Following in the tradition of Herbert Asbury's The Barbary Coast, Luc Sante's Lowlife, and Jack Black's You Can't Win, Alice: Memoirs of a Barbary Coast Prostitute reveals the long lost memoir of Alice Smith, a sex worker from San Francisco in 1913. Discovered and edited by our very own bookseller, Ivy Anderson, and her partner in history, Devon Angus, this memoir uncovers complex intersections between gender, labor, and vice in San Francisco and the greater United States.
In 1913 the San Francisco Bulletin published a serialized, ghostwritten memoir of a prostitute who went by the moniker Alice Smith. "A Voice from the Underworld" detailed Alice's humble Midwestern upbringing and her struggle to find aboveboard work, and candidly related the harrowing events she endured after entering "the life." While prostitute narratives had been published before, never had they been as frank in their discussion of the underworld, including topics such as abortion, police corruption, and the unwritten laws of the brothel. Throughout the series, Alice strongly criticized the society that failed her and so many other women, but, just as acutely, she longed to be welcomed back from the margins. The response to Alice's story was unprecedented: four thousand letters poured into the Bulletin, many of which were written by other prostitutes ready to share their own stories; and it inspired what may have been the first sex worker rights protest in modern history.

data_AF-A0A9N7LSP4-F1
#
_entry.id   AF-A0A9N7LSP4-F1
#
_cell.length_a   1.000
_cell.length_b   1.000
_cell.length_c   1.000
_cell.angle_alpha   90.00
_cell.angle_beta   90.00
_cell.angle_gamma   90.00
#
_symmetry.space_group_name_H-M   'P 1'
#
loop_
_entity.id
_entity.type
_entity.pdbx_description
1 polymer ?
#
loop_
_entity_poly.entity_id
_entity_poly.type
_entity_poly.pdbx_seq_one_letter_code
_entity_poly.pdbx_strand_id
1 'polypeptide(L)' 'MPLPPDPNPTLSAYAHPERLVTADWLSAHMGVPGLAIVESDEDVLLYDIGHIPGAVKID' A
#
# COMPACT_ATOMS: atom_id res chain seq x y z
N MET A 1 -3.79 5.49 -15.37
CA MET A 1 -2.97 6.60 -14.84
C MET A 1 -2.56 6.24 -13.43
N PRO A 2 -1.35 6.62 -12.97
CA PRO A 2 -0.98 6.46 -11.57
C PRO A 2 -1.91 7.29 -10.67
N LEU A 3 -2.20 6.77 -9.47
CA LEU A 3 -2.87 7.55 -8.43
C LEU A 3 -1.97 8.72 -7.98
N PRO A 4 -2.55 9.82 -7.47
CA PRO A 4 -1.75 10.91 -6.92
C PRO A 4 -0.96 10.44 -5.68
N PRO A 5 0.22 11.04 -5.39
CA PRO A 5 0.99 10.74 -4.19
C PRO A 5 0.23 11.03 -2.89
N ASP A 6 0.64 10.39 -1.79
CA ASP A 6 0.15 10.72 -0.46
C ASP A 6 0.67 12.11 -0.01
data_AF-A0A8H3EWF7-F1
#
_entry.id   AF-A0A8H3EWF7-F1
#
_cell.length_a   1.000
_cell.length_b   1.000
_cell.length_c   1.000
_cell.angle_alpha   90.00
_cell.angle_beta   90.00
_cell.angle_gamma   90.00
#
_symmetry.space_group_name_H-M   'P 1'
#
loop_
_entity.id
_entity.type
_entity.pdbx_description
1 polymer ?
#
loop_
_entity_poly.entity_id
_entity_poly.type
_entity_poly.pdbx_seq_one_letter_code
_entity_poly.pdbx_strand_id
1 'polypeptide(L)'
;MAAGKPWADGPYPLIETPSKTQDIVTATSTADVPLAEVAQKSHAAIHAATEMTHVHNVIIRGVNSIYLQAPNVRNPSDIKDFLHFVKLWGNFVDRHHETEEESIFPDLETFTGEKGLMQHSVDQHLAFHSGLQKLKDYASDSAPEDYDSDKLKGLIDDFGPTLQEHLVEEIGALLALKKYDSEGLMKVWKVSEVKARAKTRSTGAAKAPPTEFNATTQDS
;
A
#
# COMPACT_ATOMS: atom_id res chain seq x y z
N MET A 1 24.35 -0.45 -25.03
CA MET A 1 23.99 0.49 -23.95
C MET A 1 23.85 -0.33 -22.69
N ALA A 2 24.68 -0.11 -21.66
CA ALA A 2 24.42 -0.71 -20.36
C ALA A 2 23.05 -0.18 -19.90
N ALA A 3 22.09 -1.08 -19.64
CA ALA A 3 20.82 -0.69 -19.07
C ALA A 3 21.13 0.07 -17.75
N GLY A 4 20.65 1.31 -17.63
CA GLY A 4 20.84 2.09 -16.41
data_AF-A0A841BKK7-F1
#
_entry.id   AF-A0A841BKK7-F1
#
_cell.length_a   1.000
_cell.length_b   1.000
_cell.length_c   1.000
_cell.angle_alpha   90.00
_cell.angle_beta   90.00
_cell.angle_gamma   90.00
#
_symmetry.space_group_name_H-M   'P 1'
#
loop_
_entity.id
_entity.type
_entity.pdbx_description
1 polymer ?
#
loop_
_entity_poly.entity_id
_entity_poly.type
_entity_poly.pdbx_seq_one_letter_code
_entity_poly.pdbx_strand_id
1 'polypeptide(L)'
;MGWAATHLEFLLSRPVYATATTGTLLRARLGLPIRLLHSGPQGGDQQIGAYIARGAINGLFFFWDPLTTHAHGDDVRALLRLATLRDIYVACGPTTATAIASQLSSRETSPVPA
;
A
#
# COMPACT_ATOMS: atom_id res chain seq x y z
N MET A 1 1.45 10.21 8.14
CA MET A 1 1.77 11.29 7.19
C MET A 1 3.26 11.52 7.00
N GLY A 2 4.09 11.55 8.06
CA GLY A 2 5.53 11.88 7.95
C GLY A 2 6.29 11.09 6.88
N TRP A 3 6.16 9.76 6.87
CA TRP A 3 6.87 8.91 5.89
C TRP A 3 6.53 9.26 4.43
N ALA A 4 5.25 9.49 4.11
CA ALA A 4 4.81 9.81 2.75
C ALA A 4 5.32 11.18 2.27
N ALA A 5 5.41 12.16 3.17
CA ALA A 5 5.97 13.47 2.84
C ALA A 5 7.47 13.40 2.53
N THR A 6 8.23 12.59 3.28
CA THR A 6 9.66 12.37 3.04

For the first time in print since 1913, Alice: Memoirs of a Barbary Coast Prostitute presents the memoirs of Alice Smith and a selection of letters responding to her story. An introduction contextualizes "A Voice from the Underworld" amid Progressive Era sensationalistic journalism and shifting ideas of gender roles, and reveals themes in Alice's story that extend to issues facing sex workers today.
Published in collaboration with the California Historical Society